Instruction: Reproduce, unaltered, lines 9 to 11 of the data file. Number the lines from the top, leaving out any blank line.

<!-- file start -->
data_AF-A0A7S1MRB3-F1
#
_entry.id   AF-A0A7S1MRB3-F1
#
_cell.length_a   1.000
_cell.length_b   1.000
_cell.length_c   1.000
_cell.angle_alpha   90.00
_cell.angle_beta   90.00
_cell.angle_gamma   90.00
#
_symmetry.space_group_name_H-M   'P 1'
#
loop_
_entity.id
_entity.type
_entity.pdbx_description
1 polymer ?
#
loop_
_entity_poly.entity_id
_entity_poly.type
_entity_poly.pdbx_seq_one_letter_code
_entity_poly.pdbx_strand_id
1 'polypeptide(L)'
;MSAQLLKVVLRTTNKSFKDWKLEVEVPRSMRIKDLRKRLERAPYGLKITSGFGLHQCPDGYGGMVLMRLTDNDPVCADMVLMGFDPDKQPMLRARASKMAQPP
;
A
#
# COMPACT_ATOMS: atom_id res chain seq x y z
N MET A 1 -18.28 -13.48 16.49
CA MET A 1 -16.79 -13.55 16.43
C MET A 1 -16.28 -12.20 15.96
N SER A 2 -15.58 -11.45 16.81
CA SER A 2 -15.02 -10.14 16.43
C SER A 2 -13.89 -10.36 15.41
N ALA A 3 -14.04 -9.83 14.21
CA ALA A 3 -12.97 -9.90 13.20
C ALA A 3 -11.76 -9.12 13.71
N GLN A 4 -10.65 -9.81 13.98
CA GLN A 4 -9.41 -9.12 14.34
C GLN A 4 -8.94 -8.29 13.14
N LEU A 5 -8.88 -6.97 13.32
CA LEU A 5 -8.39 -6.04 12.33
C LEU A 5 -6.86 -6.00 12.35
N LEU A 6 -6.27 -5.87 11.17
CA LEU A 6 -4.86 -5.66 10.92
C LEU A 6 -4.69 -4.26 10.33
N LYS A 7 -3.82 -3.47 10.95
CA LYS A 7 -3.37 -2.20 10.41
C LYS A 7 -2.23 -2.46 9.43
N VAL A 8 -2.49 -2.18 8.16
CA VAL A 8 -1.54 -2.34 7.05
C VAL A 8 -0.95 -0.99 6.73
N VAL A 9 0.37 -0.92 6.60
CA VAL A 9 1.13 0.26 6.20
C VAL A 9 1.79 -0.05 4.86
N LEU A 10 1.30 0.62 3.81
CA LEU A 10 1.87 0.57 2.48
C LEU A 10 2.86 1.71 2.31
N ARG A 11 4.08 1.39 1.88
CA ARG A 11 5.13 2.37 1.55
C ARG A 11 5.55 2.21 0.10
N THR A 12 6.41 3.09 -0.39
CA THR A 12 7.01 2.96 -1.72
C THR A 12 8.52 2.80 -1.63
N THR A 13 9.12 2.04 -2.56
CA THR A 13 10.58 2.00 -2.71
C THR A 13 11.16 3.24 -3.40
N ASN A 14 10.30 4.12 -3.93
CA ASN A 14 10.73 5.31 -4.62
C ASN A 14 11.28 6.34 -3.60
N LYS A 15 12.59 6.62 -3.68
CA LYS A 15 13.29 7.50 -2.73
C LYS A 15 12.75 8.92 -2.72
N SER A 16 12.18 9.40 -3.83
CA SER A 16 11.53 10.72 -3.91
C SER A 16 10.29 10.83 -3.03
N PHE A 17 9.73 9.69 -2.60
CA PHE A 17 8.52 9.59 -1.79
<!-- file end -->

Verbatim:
_cell.angle_beta   90.00
_cell.angle_gamma   90.00
#